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After five men previously acquitted of various criminal charges are murdered by a mysterious avenger known as Dr. Rx, police Inspector Hurd and Sergeant Sweeney ask private investigator Jerry Church to help them on the case. He takes the case after talking to Dudley Crispin, a brilliant attorney who had defended three of the murdered men. Crispin gains an acquittal for his latest client, Zarini, but the latter falls dead in the courtroom. Jerry marries Kit Logan, who becomes frightened and persuades Jerry to quit the case. He stays however after Ernie Paul, suspected of the Zarini murder, threatens to "get" him if he does not stay on and clear Paul. Dr. Rx captures Jerry and attempts to frighten him into insanity by strapping him on an operating table, and pretending to exchange the detective's brain for a gorilla. Written by
Les Adams <email@example.com>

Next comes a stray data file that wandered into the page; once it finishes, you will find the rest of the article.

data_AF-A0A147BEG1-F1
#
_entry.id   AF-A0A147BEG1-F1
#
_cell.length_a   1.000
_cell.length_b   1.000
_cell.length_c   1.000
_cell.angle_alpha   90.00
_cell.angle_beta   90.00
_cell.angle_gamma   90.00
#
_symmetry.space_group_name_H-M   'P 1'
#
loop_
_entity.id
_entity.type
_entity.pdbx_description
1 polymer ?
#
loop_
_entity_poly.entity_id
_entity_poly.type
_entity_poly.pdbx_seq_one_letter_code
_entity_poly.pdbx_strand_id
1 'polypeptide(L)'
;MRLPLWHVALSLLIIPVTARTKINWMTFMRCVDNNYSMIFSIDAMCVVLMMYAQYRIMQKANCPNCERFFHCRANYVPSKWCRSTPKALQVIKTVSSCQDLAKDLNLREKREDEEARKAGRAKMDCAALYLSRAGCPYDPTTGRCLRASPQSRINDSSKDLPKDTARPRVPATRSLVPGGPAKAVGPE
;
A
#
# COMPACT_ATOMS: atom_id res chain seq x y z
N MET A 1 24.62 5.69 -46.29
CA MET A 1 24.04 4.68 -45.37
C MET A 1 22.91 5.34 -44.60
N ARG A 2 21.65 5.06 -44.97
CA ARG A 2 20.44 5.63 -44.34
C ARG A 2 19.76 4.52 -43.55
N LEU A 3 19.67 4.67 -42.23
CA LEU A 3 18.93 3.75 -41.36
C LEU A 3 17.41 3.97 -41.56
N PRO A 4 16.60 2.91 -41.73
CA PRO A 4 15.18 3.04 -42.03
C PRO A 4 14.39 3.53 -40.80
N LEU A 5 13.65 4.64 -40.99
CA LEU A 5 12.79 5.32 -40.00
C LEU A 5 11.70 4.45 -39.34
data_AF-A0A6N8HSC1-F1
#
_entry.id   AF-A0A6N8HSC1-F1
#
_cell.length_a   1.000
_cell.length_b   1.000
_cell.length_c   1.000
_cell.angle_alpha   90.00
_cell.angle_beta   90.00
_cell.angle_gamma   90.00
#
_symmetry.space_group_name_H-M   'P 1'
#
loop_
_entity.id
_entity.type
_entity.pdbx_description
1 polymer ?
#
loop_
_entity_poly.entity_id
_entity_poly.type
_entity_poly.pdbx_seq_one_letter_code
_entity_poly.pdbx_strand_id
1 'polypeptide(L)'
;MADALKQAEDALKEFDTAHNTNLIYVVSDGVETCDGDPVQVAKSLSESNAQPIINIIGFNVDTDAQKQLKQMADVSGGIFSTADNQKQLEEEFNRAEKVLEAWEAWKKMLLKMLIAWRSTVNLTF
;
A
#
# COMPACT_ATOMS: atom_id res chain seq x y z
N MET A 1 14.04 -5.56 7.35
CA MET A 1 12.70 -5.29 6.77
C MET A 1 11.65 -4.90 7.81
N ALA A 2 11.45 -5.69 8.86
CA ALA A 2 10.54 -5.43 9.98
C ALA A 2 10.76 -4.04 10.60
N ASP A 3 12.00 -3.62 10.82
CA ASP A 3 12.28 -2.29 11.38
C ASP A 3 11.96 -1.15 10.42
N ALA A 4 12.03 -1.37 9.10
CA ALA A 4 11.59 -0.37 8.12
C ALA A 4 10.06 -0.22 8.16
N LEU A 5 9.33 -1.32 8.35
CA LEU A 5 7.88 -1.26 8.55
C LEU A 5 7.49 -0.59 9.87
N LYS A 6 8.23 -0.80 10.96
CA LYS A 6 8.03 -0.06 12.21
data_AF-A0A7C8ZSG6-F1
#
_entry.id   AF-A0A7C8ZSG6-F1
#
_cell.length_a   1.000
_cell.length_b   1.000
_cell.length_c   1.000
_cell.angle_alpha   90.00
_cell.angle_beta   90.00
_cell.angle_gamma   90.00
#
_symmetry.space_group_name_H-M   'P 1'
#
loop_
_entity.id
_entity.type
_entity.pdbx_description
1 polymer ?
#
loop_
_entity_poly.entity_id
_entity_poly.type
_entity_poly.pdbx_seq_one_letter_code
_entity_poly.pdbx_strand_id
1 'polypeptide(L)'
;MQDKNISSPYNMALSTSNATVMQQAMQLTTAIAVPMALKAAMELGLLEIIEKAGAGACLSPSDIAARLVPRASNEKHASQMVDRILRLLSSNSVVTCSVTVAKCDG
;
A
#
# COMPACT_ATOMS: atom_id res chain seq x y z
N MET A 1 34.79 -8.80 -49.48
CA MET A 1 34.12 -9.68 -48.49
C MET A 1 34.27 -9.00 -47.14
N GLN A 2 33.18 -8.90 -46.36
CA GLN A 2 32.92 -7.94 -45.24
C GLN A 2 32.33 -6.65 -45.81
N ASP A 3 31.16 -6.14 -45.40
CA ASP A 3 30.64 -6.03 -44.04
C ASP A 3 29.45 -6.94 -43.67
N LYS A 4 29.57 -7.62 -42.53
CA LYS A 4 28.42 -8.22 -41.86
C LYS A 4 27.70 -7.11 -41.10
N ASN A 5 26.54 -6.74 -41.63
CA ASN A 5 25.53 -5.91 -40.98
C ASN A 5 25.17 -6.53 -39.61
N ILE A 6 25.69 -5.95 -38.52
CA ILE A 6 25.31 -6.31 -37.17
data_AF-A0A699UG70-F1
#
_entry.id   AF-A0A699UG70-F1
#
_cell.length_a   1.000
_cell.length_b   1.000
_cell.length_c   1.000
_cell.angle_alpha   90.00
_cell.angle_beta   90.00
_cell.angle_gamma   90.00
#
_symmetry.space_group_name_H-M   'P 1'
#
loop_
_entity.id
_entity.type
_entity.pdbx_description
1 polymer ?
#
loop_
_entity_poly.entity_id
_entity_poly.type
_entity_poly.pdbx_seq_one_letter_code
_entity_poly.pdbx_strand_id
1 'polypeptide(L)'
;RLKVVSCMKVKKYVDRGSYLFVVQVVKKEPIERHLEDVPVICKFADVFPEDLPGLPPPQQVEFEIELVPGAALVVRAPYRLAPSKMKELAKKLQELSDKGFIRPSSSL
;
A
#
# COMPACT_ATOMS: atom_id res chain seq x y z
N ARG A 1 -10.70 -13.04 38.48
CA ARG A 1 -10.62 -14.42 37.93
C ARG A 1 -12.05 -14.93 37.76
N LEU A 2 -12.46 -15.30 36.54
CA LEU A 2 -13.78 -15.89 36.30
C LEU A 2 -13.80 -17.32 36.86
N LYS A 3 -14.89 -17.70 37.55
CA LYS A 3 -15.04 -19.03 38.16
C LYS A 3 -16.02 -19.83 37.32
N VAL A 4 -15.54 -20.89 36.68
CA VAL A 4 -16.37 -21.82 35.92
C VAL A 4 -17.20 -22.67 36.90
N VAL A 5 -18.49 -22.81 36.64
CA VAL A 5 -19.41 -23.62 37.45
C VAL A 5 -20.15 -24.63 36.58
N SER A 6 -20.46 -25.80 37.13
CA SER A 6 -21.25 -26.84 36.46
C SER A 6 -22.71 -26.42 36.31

1941's "The Strange Case of Doctor Rx" was part of Universal's popular SHOCK! package of classic horror films issued to television in the late 50s, turning up twice on Pittsburgh's Chiller Theater, on May 8 1976 (following Cameron Mitchell's "Nightmare in Wax") and Jan 29 1983 (solo). Yes, Lionel Atwill is criminally wasted, but what's worse is how the ads promoted it as a horror film prominently featuring his countenance (billed second, as he also was in "The Mad Doctor of Market Street"). Patric Knowles is the actual star, before "The Wolf Man" and "Mystery of Marie Roget," and has no trouble carrying the picture, but the on again-off again sparring between his detective Jerry Church and new bride Kit (Anne Gwynne) wears thin very quickly. Church has just returned from South America, only to be bludgeoned by the recent series of murders committed by a mysterious Doctor Rx (not to be confused with Atwill's 1932 "Doctor X"), who executes criminals that escape the justice system. The couple are likable performers, but the 'Battling Churches' were mercifully not granted a sequel (it really is less a horror film than a domestic mystery/whodunit, certainly no THIN MAN). Still entertaining for those who encountered it long ago, particularly for the excellent cast, with Samuel S. Hinds, Paul Cavanagh, Mary Gordon, pretty Jan Wiley, and Ray 'Crash' Corrigan as the gorilla Nbongo, in the lone nightmarish sequence that climaxes the picture. The underrated Mantan Moreland, who always rose above his material, easily steals every scene he's in, which the better known Shemp Howard fails to do (some 5 years before he rejoined The Three Stooges).
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